There are two key elements to help stay in shape and motivated during lockdown, and maintain any hard-earned fitness over the winter. The first is to set attainable goals that can keep your mind focused on small but significant steps.

“Obviously it’s a bit gutting if you’ve been training, perhaps for your first marathon, and it’s been postponed,” says Harris-Fry. “But it’s worth remembering that none of that’s gone to waste. That’s all great fitness for your body and that should be quite motivating to think ‘I’ve already done a lot of the work, so when I start seriously again it’s not going to be anywhere near as hard’.

“From there, I would definitely set some goals in the interim. Forget about the big overarching marathon goal for a while, and just think about a goal perhaps to run three times a week, or if you know a local route then try and improve your time on that.”

The other important point is to set a structure and build some good habits.

“Getting into a weekly pattern is absolutely key. Most runners were probably running around three times a week through their marathon training. Try to keep that up, and don’t really worry about doing the longer runs you were doing before. Try to run maybe twice a week and once on the weekend, and just really enjoy the mental health benefits of it, as well as the fact you’re maintaining that fitness without having this thing in the back of the mind the whole time of ‘I’ve got to run a marathon’.”

Should you run 26.2 miles in the back garden?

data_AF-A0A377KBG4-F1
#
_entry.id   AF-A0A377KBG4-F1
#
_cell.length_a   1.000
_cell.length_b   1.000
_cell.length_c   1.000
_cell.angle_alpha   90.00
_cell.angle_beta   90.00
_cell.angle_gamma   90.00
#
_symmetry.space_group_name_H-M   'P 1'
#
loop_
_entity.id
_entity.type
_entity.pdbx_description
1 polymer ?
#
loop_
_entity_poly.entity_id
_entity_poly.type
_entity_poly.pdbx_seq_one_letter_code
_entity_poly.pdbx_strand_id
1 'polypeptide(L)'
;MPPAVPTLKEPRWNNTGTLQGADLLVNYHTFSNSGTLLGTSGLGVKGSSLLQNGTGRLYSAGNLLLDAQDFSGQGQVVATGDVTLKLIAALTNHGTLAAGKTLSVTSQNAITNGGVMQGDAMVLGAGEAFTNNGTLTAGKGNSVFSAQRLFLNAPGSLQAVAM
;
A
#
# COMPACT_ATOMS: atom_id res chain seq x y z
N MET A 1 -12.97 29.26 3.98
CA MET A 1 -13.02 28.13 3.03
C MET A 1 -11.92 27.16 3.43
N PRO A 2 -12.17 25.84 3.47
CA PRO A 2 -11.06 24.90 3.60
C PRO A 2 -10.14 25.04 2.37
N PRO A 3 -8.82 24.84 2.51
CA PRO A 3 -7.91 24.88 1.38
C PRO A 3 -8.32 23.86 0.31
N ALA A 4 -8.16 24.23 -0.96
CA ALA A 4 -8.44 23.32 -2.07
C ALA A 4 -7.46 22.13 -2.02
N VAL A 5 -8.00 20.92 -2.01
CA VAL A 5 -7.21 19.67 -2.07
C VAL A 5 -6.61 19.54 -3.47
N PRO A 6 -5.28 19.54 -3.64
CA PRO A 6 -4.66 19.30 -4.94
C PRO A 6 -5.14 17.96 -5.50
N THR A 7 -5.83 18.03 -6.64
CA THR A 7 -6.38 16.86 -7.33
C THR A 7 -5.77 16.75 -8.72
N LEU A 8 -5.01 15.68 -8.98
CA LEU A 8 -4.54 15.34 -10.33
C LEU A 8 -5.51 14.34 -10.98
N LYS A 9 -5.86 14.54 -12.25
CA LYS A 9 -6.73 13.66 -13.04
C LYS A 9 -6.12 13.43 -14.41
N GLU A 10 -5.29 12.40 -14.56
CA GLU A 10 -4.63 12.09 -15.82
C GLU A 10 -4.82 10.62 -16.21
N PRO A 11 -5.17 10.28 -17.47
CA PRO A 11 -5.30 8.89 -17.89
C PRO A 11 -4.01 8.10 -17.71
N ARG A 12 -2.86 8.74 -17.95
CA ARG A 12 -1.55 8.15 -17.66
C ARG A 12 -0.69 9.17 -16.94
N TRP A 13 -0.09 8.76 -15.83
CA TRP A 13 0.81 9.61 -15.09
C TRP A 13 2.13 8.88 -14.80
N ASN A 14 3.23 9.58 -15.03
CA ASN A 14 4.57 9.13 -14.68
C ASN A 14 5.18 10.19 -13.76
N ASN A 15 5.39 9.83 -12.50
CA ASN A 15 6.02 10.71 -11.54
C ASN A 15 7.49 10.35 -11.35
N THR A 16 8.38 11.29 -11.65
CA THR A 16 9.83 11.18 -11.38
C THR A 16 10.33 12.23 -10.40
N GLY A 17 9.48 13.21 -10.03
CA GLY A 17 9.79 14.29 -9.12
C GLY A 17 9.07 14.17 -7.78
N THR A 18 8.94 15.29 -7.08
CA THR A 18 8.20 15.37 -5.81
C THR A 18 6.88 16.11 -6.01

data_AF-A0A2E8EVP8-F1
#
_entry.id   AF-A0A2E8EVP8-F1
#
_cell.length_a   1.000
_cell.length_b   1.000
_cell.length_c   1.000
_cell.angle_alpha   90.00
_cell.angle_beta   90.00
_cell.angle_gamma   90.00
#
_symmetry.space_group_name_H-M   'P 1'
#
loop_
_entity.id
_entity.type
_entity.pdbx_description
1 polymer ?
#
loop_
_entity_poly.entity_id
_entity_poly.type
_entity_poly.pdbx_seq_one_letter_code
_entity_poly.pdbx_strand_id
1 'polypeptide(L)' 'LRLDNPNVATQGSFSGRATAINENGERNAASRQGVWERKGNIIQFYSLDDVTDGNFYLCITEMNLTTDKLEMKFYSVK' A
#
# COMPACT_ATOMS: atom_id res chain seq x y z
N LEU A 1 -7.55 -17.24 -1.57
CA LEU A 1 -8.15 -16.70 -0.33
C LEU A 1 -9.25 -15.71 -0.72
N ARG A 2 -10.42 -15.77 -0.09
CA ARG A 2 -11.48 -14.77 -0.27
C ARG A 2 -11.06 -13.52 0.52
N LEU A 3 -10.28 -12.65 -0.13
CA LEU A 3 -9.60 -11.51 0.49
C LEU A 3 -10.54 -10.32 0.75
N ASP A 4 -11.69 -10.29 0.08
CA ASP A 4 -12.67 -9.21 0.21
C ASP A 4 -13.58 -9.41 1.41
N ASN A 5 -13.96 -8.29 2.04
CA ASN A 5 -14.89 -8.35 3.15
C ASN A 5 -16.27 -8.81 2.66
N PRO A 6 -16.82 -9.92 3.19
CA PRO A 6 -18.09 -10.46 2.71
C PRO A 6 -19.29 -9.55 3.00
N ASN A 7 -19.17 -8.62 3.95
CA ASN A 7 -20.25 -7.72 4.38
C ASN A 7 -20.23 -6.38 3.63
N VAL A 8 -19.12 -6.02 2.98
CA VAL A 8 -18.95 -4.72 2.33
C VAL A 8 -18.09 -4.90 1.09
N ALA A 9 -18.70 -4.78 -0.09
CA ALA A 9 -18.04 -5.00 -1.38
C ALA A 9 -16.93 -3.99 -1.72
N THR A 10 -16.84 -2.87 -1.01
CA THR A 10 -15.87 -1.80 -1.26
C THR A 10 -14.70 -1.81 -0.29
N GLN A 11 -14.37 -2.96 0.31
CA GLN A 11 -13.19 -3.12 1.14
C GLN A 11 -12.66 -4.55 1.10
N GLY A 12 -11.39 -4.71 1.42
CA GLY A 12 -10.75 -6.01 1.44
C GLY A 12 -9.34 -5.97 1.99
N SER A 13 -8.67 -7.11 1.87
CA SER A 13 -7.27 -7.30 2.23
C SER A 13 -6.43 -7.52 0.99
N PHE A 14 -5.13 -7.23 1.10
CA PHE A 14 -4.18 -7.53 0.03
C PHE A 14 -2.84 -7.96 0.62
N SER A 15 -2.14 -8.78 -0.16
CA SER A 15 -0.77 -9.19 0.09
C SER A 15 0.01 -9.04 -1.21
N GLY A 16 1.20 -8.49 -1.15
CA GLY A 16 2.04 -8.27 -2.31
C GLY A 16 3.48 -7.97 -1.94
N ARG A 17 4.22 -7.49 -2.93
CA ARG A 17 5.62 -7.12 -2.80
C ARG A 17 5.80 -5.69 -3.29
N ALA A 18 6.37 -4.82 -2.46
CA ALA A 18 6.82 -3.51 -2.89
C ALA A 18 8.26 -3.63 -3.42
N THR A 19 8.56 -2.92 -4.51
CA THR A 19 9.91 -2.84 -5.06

There have been plenty of stories recently of incredibly dedicated runners undertaking marathons in their 7ft-back garden or on their postage-stamp balcony, often to raise money for worthy causes fighting the coronavirus. It might be tempting to set your own challenge but while it is admirable, there might be other, safer ways to raise money and keep on marathon training.

“It’s really important to remember that running a marathon, at any time, is really really hard on your body, and if you’re doing that in a recurrent environment like running around your backyard, it’s even more so,” Harris-Fry explains. “At the same time, you’ve got all that training done, you’re raising money for charity, hopefully, so if you can find a way to do it safely, then by all means, but I would say that there are loads of other ways you could raise money. Like the 2.6 Challenge coming up this weekend – you can run 2.6 miles and donate to charity, and help to raise a lot of money.

“These kind of garden events, they’re really good but I really worry sometimes that they feed into this compulsion to run that a lot of people have, including myself, and I think that it’s not always entirely healthy. If you’ve been running every day and suddenly you have no events, you’ll try and think of something to satisfy that need to run every day. But actually it might be a good time to reflect, relax a bit and do some strength and conditioning work.

“It’s never wise to underestimate how hard a marathon is. Even if you’re just in your house so in theory you can stop at any time, it takes a toll on the body – one that might be unnecessary at a time when the NHS is under pressure.”